Thanks to a Food Network tutorial from Brown, we've learned three different ways to make the perfect crepe. He shows step-by-step recipes for savory and sweet crepes, including what ingredients you need, how long to cook them for, and how to make them sweet or savory.

You can make cooking exciting, even when it's just for yourself.

Roast chicken

For people who work all day and live alone, cooking can be stressful. Brown gets it, and he has a solution: Make recipes that work for multiple meals. "Think about maybe only cooking a couple of days a week but make things that turn into great leftovers," Brown said to a fan on Reddit. "I know it sounds over-simplistic but one roast chicken can be turned into salads, sandwiches…you name it. Above all, don't put too much pressure on yourself. Life's hard."

Brewing coffee at home can be just as delicious if you know how to do it.

coffee grounds on spoon from jar

Want to make your own delicious coffee at home? Now you can! All you need is some water, freshly ground coffee, kosher salt, a French press, and a microwave.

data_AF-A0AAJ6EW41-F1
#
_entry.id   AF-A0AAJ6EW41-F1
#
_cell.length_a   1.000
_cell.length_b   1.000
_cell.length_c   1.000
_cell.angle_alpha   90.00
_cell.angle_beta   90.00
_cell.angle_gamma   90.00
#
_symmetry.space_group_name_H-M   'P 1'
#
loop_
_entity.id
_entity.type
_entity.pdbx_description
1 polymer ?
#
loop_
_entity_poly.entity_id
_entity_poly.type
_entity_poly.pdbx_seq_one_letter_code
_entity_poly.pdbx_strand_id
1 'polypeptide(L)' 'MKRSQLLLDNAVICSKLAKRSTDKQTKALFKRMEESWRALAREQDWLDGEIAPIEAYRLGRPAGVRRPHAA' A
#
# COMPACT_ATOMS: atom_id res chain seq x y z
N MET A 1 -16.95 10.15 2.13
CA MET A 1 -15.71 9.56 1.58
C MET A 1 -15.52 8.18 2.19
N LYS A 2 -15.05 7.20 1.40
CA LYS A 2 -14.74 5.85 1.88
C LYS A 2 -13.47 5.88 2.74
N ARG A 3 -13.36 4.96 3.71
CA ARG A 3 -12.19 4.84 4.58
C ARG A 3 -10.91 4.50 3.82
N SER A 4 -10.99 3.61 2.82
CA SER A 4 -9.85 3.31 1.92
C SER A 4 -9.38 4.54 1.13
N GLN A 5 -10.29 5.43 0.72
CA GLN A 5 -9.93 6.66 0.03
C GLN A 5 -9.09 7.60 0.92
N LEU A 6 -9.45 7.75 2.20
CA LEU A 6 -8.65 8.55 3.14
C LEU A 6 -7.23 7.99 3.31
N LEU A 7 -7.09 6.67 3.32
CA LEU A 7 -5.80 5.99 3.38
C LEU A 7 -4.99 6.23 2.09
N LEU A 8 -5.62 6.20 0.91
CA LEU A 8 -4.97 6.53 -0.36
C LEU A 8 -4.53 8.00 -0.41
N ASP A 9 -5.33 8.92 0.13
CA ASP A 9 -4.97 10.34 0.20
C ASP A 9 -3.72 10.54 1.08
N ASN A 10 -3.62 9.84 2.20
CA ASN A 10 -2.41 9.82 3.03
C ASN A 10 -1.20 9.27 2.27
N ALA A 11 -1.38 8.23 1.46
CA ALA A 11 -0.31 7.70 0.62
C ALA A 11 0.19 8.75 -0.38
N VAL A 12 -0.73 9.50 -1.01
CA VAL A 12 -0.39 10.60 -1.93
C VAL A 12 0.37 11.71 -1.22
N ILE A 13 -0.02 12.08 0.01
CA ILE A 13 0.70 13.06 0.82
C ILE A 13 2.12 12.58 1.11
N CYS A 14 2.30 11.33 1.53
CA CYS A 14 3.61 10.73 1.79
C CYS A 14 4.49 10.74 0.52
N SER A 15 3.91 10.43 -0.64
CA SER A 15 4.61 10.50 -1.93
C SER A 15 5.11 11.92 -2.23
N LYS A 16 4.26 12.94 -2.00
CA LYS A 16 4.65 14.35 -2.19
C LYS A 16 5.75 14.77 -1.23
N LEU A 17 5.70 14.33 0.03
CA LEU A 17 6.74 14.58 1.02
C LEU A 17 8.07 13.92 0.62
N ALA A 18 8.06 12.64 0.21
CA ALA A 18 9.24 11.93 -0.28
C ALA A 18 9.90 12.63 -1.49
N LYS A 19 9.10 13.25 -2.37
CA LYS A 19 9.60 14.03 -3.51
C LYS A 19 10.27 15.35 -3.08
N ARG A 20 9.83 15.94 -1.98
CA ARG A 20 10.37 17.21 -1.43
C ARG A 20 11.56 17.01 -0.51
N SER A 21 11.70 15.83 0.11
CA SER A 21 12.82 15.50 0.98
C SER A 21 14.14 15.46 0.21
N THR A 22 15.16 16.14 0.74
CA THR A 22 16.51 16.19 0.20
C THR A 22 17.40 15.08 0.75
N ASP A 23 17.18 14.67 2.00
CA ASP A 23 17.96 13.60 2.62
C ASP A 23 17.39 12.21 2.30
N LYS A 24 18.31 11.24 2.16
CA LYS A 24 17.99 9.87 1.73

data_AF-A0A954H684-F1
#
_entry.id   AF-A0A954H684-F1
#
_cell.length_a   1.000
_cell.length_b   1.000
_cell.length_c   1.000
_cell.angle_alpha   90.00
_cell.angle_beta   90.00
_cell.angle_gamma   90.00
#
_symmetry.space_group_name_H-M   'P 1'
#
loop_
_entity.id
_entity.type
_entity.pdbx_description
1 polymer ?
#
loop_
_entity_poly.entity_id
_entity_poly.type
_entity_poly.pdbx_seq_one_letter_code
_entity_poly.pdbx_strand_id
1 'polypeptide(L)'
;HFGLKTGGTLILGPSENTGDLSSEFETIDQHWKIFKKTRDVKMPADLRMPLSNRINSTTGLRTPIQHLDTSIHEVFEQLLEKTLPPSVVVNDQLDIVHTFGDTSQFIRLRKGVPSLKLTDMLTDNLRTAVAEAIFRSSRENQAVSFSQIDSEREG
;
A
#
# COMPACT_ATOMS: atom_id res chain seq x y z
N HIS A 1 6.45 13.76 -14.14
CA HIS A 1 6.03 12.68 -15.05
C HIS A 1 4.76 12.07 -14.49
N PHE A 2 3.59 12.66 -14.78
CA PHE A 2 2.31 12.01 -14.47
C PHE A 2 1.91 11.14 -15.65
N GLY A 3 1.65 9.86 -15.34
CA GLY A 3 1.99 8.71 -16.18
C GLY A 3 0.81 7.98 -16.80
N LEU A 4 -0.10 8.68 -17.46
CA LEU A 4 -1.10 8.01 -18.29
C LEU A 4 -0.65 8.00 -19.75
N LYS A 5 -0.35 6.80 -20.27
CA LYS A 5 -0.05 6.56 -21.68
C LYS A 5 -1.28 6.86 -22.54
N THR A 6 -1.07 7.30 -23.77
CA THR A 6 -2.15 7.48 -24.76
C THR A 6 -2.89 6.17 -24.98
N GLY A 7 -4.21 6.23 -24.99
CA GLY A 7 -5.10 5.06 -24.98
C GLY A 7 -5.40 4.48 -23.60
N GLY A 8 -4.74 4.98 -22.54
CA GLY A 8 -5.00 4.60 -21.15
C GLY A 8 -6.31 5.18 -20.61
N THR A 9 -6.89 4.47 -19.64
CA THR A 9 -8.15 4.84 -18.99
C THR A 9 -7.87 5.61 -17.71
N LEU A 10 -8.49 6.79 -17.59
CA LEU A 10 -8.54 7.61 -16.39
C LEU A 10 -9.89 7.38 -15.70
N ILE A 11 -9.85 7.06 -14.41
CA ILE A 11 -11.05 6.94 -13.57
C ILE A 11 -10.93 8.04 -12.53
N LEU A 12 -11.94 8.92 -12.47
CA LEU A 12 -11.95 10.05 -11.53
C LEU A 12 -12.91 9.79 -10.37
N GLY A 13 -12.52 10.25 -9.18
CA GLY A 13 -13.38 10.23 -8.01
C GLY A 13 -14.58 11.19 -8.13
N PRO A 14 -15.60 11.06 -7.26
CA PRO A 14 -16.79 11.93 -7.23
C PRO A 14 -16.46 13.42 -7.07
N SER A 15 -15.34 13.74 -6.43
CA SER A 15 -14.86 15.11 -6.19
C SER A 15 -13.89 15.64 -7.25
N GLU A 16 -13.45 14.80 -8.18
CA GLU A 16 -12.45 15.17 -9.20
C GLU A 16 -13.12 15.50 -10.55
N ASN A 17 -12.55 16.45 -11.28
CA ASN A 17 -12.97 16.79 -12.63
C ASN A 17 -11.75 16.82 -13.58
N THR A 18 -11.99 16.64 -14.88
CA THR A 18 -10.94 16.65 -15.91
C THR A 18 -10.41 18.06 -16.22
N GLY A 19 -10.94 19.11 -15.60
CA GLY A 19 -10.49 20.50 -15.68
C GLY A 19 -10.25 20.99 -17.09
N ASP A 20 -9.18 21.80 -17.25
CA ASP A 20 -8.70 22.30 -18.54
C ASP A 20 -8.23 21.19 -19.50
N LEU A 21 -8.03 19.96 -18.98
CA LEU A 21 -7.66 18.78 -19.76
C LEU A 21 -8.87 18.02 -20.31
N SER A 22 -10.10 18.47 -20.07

If you don't have an electric kettle, you can bring the water to a boiling point by putting it in the microwave. Then, using a French press, slowly pour the hot water into the coffee to let the grounds swell up. Let it sit for four minutes, and then use the French press plunger, Brown advises.

A bonus coffee trick from Brown is to add a pinch of kosher salt in with your coffee grounds. It won't give you a salty cup of Joe—instead, it will help cut some of the bitterness from the coffee.

Adding mayonnaise to scrambled eggs will make them creamier.

scrambled eggs on white plate with garnish

Maybe you've heard of adding mayo to grilled cheese. But what about adding mayo to scrambled eggs? Brown suggests trying this strange trick to make your scrambled eggs creamy. Just a spoonful of the stuff will do the trick.